By Henrik Manninen –

The long wait is finally coming to an end, with the imminent return of a full-size ice rink putting hockey development in Romania’s capital back on track.

A minuscule rink surrounded by a food court inside a shopping centre has been the heart of Triumf Bucharest’s activities since the closure of the capital’s only international-size rink back in 2012.

Formed back in 1958, Triumf has introduced a wide array of future national team players to the delights of hockey, while also blazing the trail as the first club in Romania with a women’s hockey program, starting during the 1992/93 season. Following a number of barren years for hockey development in the capital region, Bucharest will now once again look ahead to the future with newly found optimism.

Hosting the World Girls’ Ice Hockey Weekend inside the Liberty Center Mall in Bucharest, a promotional campaign with the help of social media, e-mails and posters saw a committed group of girls between four to 20 years give hockey a try during a two-hour session.

George Pogacean, head coach of Triumf and Romania’s women’s national team, spearheaded the event and now will look ahead to roll up his sleeves and kick-start the development of the women’s game in the capital following the impending inauguration of a full-size rink opening up in the city at the end of this month.

“Having played with the kids in a mall on a small ice surface we have tried our best to keep up with the rest of the country, but we will now have to start everything almost from zero again, so for me and my team it will be like a restart,” said Pogacean.

In 2012, lights were switched off and doors locked in Bucharest’s Mihai Flamaropol ice rink which for long had been passed its sell-by date. Having since been razed to the ground it left Bucharest, home of around 1.9 million people, without a regular-size ice rink. While teams such as Triumf, competing in the women’s championship, to Steaua and Sportul Studentesc playing in the men’s national competition felt the impact, development at grassroots level went to the bare minimum in a city with a long and proud hockey tradition which includes two IIHF Hall of Fame inductees, Eduard Pana and the late Doru Tureanu.

With the steady decline leaving the women’s game on its knees, the historical rivalry of teams from Bucharest locking horns with its main competitor up in Miercurea Ciuc lost some of its edge, while on a national team level, Romania was to endure a five-year long spell without its women’s team competing at the Women’s World Championships.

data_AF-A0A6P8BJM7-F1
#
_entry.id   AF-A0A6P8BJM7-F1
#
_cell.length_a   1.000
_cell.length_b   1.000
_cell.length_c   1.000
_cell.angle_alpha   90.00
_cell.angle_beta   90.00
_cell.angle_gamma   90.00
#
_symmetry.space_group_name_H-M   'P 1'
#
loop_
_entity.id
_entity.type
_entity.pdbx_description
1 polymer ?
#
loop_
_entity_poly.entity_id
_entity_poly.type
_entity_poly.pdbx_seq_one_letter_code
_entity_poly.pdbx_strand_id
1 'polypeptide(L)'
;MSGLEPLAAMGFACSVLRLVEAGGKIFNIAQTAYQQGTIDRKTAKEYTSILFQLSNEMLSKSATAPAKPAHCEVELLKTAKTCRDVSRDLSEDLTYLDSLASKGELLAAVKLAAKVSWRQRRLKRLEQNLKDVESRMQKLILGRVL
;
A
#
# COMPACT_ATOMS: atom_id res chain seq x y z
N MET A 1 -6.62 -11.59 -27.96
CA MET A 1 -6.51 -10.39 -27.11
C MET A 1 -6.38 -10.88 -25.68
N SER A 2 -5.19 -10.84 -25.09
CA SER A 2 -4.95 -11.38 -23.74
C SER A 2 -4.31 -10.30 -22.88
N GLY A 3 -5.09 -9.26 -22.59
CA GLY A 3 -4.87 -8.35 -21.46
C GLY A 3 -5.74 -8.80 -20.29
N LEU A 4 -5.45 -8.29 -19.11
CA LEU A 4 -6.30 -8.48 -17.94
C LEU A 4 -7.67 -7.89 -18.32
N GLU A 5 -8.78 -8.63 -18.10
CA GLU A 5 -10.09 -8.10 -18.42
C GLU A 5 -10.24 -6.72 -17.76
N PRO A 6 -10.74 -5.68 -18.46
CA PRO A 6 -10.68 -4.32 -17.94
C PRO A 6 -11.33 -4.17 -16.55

But hockey in Romania’s capital refused to throw in the towel. With the finishing touches now being put in place for an ice rink in Otopeni in northern Bucharest, near the city’s international airport, Pogocean is now able to look ahead with excitement of what is to come.

“It has been a tragedy for our hockey activity that the capital and the largest city in Romania has been without a Olympic-size rink for so long,” said Pogocean. “But now as it’s almost here. We are waiting for it like for Christmas!” said Pogocean.

In December last year, the Romanian women’s national team made its return to the international stage, competing at the 2016 IIHF Ice Hockey Women’s World Championship Division II Group B Qualification in neighbouring Bulgaria.

Pogocean’s team finished top of the standings to qualify for Division II Group B played in Akureyri, Iceland, between 27 February and 5 March 2017 with the team full of confidence for what is to come.

“Our goal is to play good, mature hockey in Iceland and to try to remain in Group IIB, and then for 2018 we will be looking to win promotion,” said Pogocean.

With Galati, Gheorgheni and Targu Mures also hosting events during the World Girls’ Ice Hockey Weekend, Pogocean hopes it can help spread the women’s game beyond its historically two dominant centres of Bucharest and Miercurea Ciuc and offer a wider selection of players finding its way to the national team fold, with the first port of call being its newly launched under-18 national team making its debut at the U18 Women’s World Championship Division I Group B Qualification in January next year.

The 31st October is currently the inauguration date for the new rink in Bucharest. Add to that the proposed 3,000-seat arena set to replace the old Mihai Flamaropol rink within the next few years as Bucharest will have its infrastructure in place to continue its proud tradition of the game for generations to come.

“We now need to open people’s eyes in Bucharest, because hockey is a beautiful, but still an underrated sport here,” said Pogocean. “The aim now will be to try to win the championship and hope it can bring more girls to hockey.”